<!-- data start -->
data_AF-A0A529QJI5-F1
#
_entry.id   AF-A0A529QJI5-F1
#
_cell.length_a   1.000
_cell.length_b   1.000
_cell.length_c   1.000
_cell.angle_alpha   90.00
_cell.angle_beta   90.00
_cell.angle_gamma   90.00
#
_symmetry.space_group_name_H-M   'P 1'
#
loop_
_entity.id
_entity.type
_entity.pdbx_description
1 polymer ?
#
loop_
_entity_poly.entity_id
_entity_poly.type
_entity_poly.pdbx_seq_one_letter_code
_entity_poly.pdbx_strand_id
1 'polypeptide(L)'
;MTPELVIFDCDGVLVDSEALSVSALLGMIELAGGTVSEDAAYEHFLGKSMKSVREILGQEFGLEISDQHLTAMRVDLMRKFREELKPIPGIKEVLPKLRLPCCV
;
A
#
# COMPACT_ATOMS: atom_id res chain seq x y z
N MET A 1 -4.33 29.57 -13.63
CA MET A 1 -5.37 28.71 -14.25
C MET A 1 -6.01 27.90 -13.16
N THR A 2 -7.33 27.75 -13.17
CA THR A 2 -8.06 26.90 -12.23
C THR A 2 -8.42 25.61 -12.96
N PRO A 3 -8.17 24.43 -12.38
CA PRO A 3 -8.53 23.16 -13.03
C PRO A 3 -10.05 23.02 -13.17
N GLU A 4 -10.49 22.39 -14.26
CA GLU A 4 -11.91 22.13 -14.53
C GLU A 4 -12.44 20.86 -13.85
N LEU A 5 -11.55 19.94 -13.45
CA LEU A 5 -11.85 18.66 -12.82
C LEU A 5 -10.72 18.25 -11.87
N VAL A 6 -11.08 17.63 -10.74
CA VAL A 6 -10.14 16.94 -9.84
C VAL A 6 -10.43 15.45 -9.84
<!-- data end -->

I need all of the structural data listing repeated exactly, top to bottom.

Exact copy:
data_AF-A0A529QJI5-F1
#
_entry.id   AF-A0A529QJI5-F1
#
_cell.length_a   1.000
_cell.length_b   1.000
_cell.length_c   1.000
_cell.angle_alpha   90.00
_cell.angle_beta   90.00
_cell.angle_gamma   90.00
#
_symmetry.space_group_name_H-M   'P 1'
#
loop_
_entity.id
_entity.type
_entity.pdbx_description
1 polymer ?
#
loop_
_entity_poly.entity_id
_entity_poly.type
_entity_poly.pdbx_seq_one_letter_code
_entity_poly.pdbx_strand_id
1 'polypeptide(L)'
;MTPELVIFDCDGVLVDSEALSVSALLGMIELAGGTVSEDAAYEHFLGKSMKSVREILGQEFGLEISDQHLTAMRVDLMRKFREELKPIPGIKEVLPKLRLPCCV
;
A
#
# COMPACT_ATOMS: atom_id res chain seq x y z
N MET A 1 -4.33 29.57 -13.63
CA MET A 1 -5.37 28.71 -14.25
C MET A 1 -6.01 27.90 -13.16
N THR A 2 -7.33 27.75 -13.17
CA THR A 2 -8.06 26.90 -12.23
C THR A 2 -8.42 25.61 -12.96
N PRO A 3 -8.17 24.43 -12.38
CA PRO A 3 -8.53 23.16 -13.03
C PRO A 3 -10.05 23.02 -13.17
N GLU A 4 -10.49 22.39 -14.26
CA GLU A 4 -11.91 22.13 -14.53
C GLU A 4 -12.44 20.86 -13.85
N LEU A 5 -11.55 19.94 -13.45
CA LEU A 5 -11.85 18.66 -12.82
C LEU A 5 -10.72 18.25 -11.87
N VAL A 6 -11.08 17.63 -10.74
CA VAL A 6 -10.14 16.94 -9.84
C VAL A 6 -10.43 15.45 -9.84